Are Pensioners Really Better off than Before?
Recent data from the Office of National Statistics suggests that 20% of pensioners now enjoy a household income of over £42,000 (Source: Guardian, 2012). On the face of it, this would appear to point us to the inevitable conclusion that older generations are enjoying something of a luxurious lifestyle in their retirement. However, these figures are potentially misleading.
While one in five have an income comparable to many young working couples, official data from Age UK suggests that 14% of pensioners in Britain (around 1.7 million) are living in poverty (Source: Age UK). These figures serve to demonstrate that there is a growing disparity between those at the top and those at the bottom of the pensions earnings pile, much like that seen in workplaces throughout the UK. So what is the truth about pensioners and this apparent rise in income?
Good News and Bad News
It’s a very up and down time for financial news. While the Olympics appeared to have finally pulled the country out of its double dip recession (touch wood) and unemployment is dropping (slowly), retirees have been in for a rough ride. Understandably, many have questioned why some pensioners enjoy an income that is higher than many workers enjoy – particularly in such tough economic times.
However, there are two sides to every coin; in this case, it would appear that the wealthy minority are perhaps hiding a wider issue of pensioners struggling to make ends meet. Late last year, it was revealed that half a million pensioners are continuing to work beyond their retirement date – many simply couldn’t afford not to (Source: This is Money). As we all get older and live longer, maintaining a comfortable lifestyle appears to be getting increasingly difficult for many (Source: This is Money).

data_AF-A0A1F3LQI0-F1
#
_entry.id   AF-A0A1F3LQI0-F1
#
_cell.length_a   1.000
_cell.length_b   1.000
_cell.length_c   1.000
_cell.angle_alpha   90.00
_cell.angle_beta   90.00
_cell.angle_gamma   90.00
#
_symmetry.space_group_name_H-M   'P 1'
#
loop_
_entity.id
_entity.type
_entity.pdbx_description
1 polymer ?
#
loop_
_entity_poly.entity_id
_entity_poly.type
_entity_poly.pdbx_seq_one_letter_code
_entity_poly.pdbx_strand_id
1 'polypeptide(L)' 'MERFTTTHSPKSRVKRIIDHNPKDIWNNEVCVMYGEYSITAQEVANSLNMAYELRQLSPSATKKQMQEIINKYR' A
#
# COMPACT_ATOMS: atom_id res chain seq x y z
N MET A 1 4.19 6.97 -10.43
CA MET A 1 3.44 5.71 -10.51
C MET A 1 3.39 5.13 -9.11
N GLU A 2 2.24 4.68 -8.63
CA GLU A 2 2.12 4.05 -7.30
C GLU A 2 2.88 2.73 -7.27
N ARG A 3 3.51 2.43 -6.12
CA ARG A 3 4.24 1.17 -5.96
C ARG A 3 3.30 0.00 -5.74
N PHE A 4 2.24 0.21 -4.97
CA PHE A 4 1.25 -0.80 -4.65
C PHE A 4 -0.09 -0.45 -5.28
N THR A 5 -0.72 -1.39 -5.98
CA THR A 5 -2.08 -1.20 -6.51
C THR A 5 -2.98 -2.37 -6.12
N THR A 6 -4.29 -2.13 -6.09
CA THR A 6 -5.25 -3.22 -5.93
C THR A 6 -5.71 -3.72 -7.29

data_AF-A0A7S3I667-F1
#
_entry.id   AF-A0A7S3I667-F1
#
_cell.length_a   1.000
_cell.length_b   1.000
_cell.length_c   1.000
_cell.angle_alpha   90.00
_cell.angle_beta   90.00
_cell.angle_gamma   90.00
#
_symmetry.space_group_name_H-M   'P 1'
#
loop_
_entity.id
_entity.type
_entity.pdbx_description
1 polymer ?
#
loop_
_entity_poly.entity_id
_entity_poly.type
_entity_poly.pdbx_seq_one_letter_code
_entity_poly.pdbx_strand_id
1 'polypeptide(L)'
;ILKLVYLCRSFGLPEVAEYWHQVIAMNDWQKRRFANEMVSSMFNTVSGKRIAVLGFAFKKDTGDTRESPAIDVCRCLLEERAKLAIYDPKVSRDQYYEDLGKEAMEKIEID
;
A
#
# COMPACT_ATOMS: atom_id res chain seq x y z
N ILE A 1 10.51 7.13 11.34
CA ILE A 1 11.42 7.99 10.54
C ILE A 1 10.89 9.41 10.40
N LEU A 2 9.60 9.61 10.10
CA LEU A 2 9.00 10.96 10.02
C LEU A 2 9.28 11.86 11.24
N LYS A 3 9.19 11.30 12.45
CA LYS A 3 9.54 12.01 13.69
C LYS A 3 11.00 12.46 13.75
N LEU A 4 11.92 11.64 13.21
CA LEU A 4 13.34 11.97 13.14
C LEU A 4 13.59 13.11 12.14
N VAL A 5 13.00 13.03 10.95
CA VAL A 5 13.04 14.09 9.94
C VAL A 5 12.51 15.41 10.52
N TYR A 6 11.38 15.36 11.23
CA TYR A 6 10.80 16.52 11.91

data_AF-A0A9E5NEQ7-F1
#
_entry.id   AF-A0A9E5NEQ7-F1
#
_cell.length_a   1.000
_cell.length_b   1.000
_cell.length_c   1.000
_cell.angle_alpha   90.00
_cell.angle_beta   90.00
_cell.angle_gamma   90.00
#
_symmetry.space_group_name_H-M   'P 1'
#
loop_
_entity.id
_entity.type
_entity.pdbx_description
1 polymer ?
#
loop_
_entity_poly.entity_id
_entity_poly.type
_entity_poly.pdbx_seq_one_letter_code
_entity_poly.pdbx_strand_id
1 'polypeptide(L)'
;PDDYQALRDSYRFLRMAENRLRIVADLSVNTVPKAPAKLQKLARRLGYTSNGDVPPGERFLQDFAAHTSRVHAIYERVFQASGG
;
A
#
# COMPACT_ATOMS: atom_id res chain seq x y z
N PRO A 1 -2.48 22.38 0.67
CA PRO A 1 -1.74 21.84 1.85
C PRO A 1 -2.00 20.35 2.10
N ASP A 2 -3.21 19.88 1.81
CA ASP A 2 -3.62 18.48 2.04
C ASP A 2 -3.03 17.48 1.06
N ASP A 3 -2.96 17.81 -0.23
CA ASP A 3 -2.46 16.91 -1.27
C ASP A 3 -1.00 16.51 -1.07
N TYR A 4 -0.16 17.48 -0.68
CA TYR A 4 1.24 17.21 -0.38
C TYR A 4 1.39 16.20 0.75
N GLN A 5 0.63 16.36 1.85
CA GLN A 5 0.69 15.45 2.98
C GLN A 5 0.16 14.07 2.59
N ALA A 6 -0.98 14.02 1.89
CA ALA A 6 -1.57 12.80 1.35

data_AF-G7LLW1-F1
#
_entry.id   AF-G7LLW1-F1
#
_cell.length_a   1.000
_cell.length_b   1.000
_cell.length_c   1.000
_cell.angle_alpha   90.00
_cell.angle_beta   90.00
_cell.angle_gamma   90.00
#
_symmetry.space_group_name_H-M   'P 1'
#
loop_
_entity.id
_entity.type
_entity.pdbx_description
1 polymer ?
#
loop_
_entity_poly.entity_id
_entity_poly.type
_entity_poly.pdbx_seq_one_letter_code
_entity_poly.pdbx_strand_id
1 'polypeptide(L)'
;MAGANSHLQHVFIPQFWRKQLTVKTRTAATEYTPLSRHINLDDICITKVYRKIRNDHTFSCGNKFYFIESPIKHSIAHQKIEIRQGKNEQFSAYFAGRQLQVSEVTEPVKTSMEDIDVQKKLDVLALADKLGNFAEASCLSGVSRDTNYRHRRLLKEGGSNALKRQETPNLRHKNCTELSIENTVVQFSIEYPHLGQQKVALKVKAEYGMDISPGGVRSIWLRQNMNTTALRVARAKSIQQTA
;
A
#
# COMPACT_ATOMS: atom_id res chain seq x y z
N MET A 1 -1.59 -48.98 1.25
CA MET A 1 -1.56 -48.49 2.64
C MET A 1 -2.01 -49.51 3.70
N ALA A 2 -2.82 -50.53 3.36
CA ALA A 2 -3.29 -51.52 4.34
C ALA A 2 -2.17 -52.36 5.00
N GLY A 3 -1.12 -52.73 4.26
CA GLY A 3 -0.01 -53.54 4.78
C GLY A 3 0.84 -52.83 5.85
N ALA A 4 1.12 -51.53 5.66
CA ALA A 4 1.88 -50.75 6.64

Failure to Claim Pension Credit
But while the cost of sustaining an ageing population soars, it would appear that many simply aren’t getting the money they deserve. Figures from Age UK suggest that £5.5 billion in pension provisions aren’t being claimed each year, suggesting that many simply don’t know what they’re owed. This doesn’t infer any kind of deliberate mishandling or misappropriation, but perhaps points to a lack of communication and highlights why some pensioners struggle to get their heads around the benefits system – particularly means-tested aspects.
The primary issue here appears to be the pension credit. This is an additional weekly payment of around £30 made available to those who need it most. With an estimated 1.5 million people failing to take advantage of the scheme, many appear to be missing out unnecessarily. The means-tested system that is currently in place will be removed in 2016 and replaced by a flat-rate pension (£140), ensuring that those who are currently missing out will get a more sizeable pension provision – albeit others would see theirs slashed (Source: Guardian, 2012)
Crossing the Divide
Of course, finances are always an emotive subject. There will always be those that defend the benefits that pensioners receive, while others choose to disparage it. Equally, some people are going to have more disposable income than others, but it’s important that some level of context is maintained.
Sure, there are those that are taking home a lot of money from both state and personal pension provisions. Equally, there are plenty that are struggling to make ends meet. This makes any form of sweeping generalisation impossible. With rising utility costs and food prices, these are difficult times for all; invariably though, with working opportunities limited and income fixed, many pensioners bear the brunt.